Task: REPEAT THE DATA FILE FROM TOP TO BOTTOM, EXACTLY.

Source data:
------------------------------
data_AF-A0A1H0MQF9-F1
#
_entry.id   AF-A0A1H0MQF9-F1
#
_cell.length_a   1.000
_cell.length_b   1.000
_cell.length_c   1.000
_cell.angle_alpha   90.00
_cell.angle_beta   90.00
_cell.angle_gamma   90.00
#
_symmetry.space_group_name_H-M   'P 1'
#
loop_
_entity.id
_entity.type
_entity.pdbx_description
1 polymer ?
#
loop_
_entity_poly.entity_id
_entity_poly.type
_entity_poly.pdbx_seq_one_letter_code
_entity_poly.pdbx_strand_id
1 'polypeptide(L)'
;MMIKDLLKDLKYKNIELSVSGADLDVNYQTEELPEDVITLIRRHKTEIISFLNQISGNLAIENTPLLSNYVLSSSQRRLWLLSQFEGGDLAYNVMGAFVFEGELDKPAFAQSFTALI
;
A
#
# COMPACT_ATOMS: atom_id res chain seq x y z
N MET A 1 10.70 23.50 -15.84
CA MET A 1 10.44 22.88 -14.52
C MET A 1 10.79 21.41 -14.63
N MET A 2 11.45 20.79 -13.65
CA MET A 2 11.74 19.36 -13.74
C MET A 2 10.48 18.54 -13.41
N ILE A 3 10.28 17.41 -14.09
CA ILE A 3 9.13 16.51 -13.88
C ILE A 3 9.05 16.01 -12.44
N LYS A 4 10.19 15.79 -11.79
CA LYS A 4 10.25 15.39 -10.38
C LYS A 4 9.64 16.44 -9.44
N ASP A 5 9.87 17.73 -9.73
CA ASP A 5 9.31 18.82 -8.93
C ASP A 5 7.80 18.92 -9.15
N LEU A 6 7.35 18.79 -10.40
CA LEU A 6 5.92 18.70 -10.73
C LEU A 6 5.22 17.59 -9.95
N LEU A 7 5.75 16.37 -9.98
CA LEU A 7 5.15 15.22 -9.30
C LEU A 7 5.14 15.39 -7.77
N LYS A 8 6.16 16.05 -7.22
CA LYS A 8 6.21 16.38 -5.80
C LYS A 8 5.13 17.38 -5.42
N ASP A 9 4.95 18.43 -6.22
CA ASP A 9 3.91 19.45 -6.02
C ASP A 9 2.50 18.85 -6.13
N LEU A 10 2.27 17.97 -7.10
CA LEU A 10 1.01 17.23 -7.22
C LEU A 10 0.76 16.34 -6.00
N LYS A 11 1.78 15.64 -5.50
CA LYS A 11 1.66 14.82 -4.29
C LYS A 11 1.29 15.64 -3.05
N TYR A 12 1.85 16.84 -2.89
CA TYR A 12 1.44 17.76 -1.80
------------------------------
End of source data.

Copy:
data_AF-A0A1H0MQF9-F1
#
_entry.id   AF-A0A1H0MQF9-F1
#
_cell.length_a   1.000
_cell.length_b   1.000
_cell.length_c   1.000
_cell.angle_alpha   90.00
_cell.angle_beta   90.00
_cell.angle_gamma   90.00
#
_symmetry.space_group_name_H-M   'P 1'
#
loop_
_entity.id
_entity.type
_entity.pdbx_description
1 polymer ?
#
loop_
_entity_poly.entity_id
_entity_poly.type
_entity_poly.pdbx_seq_one_letter_code
_entity_poly.pdbx_strand_id
1 'polypeptide(L)'
;MMIKDLLKDLKYKNIELSVSGADLDVNYQTEELPEDVITLIRRHKTEIISFLNQISGNLAIENTPLLSNYVLSSSQRRLWLLSQFEGGDLAYNVMGAFVFEGELDKPAFAQSFTALI
;
A
#
# COMPACT_ATOMS: atom_id res chain seq x y z
N MET A 1 10.70 23.50 -15.84
CA MET A 1 10.44 22.88 -14.52
C MET A 1 10.79 21.41 -14.63
N MET A 2 11.45 20.79 -13.65
CA MET A 2 11.74 19.36 -13.74
C MET A 2 10.48 18.54 -13.41
N ILE A 3 10.28 17.41 -14.09
CA ILE A 3 9.13 16.51 -13.88
C ILE A 3 9.05 16.01 -12.44
N LYS A 4 10.19 15.79 -11.79
CA LYS A 4 10.25 15.39 -10.38
C LYS A 4 9.64 16.44 -9.44
N ASP A 5 9.87 17.73 -9.73
CA ASP A 5 9.31 18.82 -8.93
C ASP A 5 7.80 18.92 -9.15
N LEU A 6 7.35 18.79 -10.40
CA LEU A 6 5.92 18.70 -10.73
C LEU A 6 5.22 17.59 -9.95
N LEU A 7 5.75 16.37 -9.98
CA LEU A 7 5.15 15.22 -9.30
C LEU A 7 5.14 15.39 -7.77
N LYS A 8 6.16 16.05 -7.22
CA LYS A 8 6.21 16.38 -5.80
C LYS A 8 5.13 17.38 -5.42
N ASP A 9 4.95 18.43 -6.22
CA ASP A 9 3.91 19.45 -6.02
C ASP A 9 2.50 18.85 -6.13
N LEU A 10 2.27 17.97 -7.10
CA LEU A 10 1.01 17.23 -7.22
C LEU A 10 0.76 16.34 -6.00
N LYS A 11 1.78 15.64 -5.50
CA LYS A 11 1.66 14.82 -4.29
C LYS A 11 1.29 15.64 -3.05
N TYR A 12 1.85 16.84 -2.89
CA TYR A 12 1.44 17.76 -1.80